According to reports in the Pharma BlogosphereTM (see below), Pfizer has laid off a “large number of PhD scientists” in an effort to get more lower-level “associates” to shoulder the company’s basic research, aka innovation.

Perhaps “PhD Phobia” is behind this rollback of qualified scientists at a time when the industry needs more, not less innovation.

You may recall that back in January, when a study of DTC advertising was published in The Annals of Family Medicine, a Pfizer spokesman said in a phone interview: “It was a bunch of Ph.D.’s sitting around, looking at ads” (see “TV DTC Educate Little, Increase Sales Less“).

I thought this apparent expression of “Pfizer PhD Phobia” was a bad image for the leading company in a research-based industry to project.

On the heels of this expression of PhD Phobia, we learn that Pfizer is laying off PhDs, according to Derek Lowe, a recently laid-off PhD chemist himself, and author of the blog In the Pipeline. Derek claims:

“I’ve heard from more than one source that Pfizer has laid off a large number of research staff this week in Groton. This seems to have taken people by surprise in many cases, since the expectation was just that everyone would find out where they were on the new organization charts. Well, in a way, they did.” (See “Layoffs – Again“).

“Rumor has it [Pfizer] wants to get to a 4:1 associate: Ph.D ratio…” said a commenter. Presumably, the ratio now is lower than that. Pfizer could have increased the ratio either by increasing the numerator — ie, hiring more associates — or by decreasing the denominator — ie, firing PhDs. Pfizer went the decreasing the denominator route.

Is firing PhDs the best option?

From a financial, Wall Street, point of view, it makes sense. You can save a lot of money by getting rid of high-paid employees , especially if you have an ant-intellectual bias (as in “bunch of PhDs sitting around”) to begin with.

From the perspective of winning the all-important PR war to win the hearts and minds of consumers, however, it certainly doesn’t look good to be firing PhD researchers. If Americans are asked to pay more for their prescription drugs to finance future innovation — which is an argument often made by the industry — where is the money going if you are laying off PhDs who are best qualified to deliver innovation?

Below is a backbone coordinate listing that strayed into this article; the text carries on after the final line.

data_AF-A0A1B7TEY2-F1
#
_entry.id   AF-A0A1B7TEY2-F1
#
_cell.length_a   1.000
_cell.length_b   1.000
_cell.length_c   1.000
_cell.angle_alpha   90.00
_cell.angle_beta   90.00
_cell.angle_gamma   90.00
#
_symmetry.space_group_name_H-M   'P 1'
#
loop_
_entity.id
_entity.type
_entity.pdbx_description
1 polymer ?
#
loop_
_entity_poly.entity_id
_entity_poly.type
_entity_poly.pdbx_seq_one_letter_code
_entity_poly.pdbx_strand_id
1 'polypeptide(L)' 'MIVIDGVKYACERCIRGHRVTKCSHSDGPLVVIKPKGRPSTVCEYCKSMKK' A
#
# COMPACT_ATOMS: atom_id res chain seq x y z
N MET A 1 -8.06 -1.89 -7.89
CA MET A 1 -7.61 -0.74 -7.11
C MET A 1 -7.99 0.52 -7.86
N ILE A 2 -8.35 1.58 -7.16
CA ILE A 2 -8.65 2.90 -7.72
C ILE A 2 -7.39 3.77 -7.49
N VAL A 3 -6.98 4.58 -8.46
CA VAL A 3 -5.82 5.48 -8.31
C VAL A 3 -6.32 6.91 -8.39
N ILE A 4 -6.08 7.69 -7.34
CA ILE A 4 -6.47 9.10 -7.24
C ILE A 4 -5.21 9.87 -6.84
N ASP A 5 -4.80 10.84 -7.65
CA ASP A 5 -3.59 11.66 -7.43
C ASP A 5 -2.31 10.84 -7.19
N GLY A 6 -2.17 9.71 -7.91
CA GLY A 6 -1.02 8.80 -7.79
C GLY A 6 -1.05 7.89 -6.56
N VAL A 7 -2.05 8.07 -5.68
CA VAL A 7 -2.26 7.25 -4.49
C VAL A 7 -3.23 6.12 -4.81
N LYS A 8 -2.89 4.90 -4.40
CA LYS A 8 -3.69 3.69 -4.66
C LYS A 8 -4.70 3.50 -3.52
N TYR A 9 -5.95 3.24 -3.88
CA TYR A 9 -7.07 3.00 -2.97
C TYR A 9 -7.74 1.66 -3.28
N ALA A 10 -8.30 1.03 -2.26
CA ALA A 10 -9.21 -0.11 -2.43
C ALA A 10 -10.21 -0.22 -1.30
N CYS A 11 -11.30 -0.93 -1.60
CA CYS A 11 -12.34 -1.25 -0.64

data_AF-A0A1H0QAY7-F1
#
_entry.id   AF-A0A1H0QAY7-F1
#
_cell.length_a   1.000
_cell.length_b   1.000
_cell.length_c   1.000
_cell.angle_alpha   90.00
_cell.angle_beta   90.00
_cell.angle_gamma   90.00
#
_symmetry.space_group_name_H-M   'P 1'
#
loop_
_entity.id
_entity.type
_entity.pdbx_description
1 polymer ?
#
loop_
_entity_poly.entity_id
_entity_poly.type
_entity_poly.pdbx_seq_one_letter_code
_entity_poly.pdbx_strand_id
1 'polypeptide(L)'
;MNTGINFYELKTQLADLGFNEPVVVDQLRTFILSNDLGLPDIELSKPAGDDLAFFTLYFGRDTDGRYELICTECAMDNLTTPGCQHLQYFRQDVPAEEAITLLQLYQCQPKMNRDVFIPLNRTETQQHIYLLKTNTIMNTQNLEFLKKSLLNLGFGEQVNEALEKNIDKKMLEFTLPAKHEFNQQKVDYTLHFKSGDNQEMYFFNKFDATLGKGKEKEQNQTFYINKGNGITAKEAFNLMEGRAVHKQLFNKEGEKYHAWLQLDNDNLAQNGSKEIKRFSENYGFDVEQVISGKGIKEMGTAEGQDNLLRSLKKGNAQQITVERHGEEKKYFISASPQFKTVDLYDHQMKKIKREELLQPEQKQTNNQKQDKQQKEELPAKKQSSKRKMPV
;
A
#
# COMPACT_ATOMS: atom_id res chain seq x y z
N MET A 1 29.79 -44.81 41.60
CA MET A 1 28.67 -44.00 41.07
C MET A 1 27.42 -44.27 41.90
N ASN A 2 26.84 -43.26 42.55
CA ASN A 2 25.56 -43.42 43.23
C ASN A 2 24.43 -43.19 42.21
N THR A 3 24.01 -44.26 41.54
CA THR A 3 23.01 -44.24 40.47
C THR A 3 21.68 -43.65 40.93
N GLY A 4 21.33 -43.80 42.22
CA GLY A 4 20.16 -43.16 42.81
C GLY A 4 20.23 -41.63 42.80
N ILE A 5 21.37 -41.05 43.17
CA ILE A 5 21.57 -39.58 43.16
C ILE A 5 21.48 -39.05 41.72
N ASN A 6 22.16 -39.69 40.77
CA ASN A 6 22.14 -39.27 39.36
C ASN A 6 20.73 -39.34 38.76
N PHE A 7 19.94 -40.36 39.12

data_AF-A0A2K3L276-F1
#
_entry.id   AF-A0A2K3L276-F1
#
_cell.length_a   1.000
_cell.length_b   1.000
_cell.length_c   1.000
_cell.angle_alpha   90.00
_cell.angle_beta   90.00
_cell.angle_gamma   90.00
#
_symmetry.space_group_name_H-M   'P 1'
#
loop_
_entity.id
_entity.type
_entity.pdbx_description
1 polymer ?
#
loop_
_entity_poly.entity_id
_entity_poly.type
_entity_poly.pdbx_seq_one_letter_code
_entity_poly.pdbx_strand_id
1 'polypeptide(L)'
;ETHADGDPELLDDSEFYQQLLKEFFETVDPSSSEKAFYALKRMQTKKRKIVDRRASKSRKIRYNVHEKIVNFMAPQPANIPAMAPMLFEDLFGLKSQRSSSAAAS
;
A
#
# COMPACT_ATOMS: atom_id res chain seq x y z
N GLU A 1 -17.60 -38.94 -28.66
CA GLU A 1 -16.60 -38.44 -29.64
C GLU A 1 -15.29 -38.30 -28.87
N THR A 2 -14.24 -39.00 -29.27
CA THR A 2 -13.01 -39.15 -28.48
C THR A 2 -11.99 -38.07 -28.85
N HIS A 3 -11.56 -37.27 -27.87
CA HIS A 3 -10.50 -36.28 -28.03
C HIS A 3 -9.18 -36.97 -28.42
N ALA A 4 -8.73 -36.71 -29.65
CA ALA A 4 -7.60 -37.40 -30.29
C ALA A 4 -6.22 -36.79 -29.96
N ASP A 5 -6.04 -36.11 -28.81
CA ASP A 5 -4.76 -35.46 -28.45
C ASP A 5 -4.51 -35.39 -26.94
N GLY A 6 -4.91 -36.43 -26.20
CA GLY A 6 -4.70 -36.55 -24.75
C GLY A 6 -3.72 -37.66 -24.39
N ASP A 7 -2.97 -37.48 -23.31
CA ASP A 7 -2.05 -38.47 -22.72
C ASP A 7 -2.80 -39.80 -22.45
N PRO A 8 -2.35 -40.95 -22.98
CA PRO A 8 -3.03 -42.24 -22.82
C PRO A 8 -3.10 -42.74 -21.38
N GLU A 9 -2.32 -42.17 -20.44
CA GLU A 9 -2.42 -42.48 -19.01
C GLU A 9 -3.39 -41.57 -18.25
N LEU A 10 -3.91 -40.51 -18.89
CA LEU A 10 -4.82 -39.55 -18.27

Saving Money by Outsourcing Innovation
Perhaps some — but not all — of the money is going towards licensing new molecules or outsourcing innovation to other countries where PhDs are cheaper. Sometimes this works and sometimes it doesn’t.

Pfizer lost some credibility as an innovator when it had to halt the torcetrapib clinical trials and abandon the drug, which it licensed from Japanese researchers in the first place (see “torcetrapib: $800 Million Failure but Kindler Safe“).

Large pharmaceutical companies like Pfizer are evolving to focus on what is becoming their core capability: drug development (ie, running clinical trials and getting FDA approval) and marketing. While it does that, industry proponents like PhRMA even more stridently proclaim that US pharmaceutical companies are “research-based” and “today’s drugs [prices] finance tomorrow’s innovations.”

The talk on Wall Street now revolves around the innovation that Pfizer must buy through mergers, not innovation! In other words, Wall Street investors have little patience for the “Today’s drugs finance tomorrow’s innovation” argument. This is bad news for Pfizer’s PhD research scientists!